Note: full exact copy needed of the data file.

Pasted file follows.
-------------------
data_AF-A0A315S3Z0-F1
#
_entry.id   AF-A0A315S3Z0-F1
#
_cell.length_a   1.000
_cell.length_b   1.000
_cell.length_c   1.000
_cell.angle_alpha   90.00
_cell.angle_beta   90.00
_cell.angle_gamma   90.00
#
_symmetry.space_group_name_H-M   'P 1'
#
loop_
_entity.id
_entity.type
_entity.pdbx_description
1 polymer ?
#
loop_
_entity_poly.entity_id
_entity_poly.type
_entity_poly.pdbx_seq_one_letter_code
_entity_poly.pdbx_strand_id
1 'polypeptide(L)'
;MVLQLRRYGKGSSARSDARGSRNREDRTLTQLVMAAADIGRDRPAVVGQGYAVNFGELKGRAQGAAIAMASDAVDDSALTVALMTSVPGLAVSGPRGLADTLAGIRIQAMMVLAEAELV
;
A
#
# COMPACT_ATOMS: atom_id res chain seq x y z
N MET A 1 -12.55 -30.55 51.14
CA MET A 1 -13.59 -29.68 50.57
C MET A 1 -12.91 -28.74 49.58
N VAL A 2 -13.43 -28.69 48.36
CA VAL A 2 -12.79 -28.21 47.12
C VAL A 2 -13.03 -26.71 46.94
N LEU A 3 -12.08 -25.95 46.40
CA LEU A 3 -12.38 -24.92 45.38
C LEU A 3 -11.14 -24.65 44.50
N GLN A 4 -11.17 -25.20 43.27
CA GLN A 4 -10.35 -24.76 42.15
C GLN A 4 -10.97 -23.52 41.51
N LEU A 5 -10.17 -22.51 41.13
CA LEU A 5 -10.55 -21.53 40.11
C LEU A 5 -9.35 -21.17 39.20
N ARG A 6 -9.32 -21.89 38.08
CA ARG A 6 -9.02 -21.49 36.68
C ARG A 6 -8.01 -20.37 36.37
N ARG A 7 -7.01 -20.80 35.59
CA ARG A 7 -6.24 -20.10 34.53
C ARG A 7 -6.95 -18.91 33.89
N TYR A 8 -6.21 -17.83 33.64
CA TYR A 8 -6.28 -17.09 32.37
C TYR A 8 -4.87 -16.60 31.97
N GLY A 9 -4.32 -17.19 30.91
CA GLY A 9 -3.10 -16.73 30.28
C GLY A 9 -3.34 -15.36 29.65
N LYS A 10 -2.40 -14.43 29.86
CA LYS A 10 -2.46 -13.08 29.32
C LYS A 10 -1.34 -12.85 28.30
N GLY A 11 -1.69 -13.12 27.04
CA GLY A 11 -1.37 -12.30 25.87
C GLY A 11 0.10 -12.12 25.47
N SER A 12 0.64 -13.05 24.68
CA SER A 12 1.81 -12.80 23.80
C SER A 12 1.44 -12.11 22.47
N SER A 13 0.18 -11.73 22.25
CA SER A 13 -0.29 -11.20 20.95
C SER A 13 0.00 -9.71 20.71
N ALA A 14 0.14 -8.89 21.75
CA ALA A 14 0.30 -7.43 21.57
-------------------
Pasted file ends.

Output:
data_AF-A0A315S3Z0-F1
#
_entry.id   AF-A0A315S3Z0-F1
#
_cell.length_a   1.000
_cell.length_b   1.000
_cell.length_c   1.000
_cell.angle_alpha   90.00
_cell.angle_beta   90.00
_cell.angle_gamma   90.00
#
_symmetry.space_group_name_H-M   'P 1'
#
loop_
_entity.id
_entity.type
_entity.pdbx_description
1 polymer ?
#
loop_
_entity_poly.entity_id
_entity_poly.type
_entity_poly.pdbx_seq_one_letter_code
_entity_poly.pdbx_strand_id
1 'polypeptide(L)'
;MVLQLRRYGKGSSARSDARGSRNREDRTLTQLVMAAADIGRDRPAVVGQGYAVNFGELKGRAQGAAIAMASDAVDDSALTVALMTSVPGLAVSGPRGLADTLAGIRIQAMMVLAEAELV
;
A
#
# COMPACT_ATOMS: atom_id res chain seq x y z
N MET A 1 -12.55 -30.55 51.14
CA MET A 1 -13.59 -29.68 50.57
C MET A 1 -12.91 -28.74 49.58
N VAL A 2 -13.43 -28.69 48.36
CA VAL A 2 -12.79 -28.21 47.12
C VAL A 2 -13.03 -26.71 46.94
N LEU A 3 -12.08 -25.95 46.40
CA LEU A 3 -12.38 -24.92 45.38
C LEU A 3 -11.14 -24.65 44.50
N GLN A 4 -11.17 -25.20 43.27
CA GLN A 4 -10.35 -24.76 42.15
C GLN A 4 -10.97 -23.52 41.51
N LEU A 5 -10.17 -22.51 41.13
CA LEU A 5 -10.55 -21.53 40.11
C LEU A 5 -9.35 -21.17 39.20
N ARG A 6 -9.32 -21.89 38.08
CA ARG A 6 -9.02 -21.49 36.68
C ARG A 6 -8.01 -20.37 36.37
N ARG A 7 -7.01 -20.80 35.59
CA ARG A 7 -6.24 -20.10 34.53
C ARG A 7 -6.95 -18.91 33.89
N TYR A 8 -6.21 -17.83 33.64
CA TYR A 8 -6.28 -17.09 32.37
C TYR A 8 -4.87 -16.60 31.97
N GLY A 9 -4.32 -17.19 30.91
CA GLY A 9 -3.10 -16.73 30.28
C GLY A 9 -3.34 -15.36 29.65
N LYS A 10 -2.40 -14.43 29.86
CA LYS A 10 -2.46 -13.08 29.32
C LYS A 10 -1.34 -12.85 28.30
N GLY A 11 -1.69 -13.12 27.04
CA GLY A 11 -1.37 -12.30 25.87
C GLY A 11 0.10 -12.12 25.47
N SER A 12 0.64 -13.05 24.68
CA SER A 12 1.81 -12.80 23.80
C SER A 12 1.44 -12.11 22.47
N SER A 13 0.18 -11.73 22.25
CA SER A 13 -0.29 -11.20 20.95
C SER A 13 0.00 -9.71 20.71
N ALA A 14 0.14 -8.89 21.75
CA ALA A 14 0.30 -7.43 21.57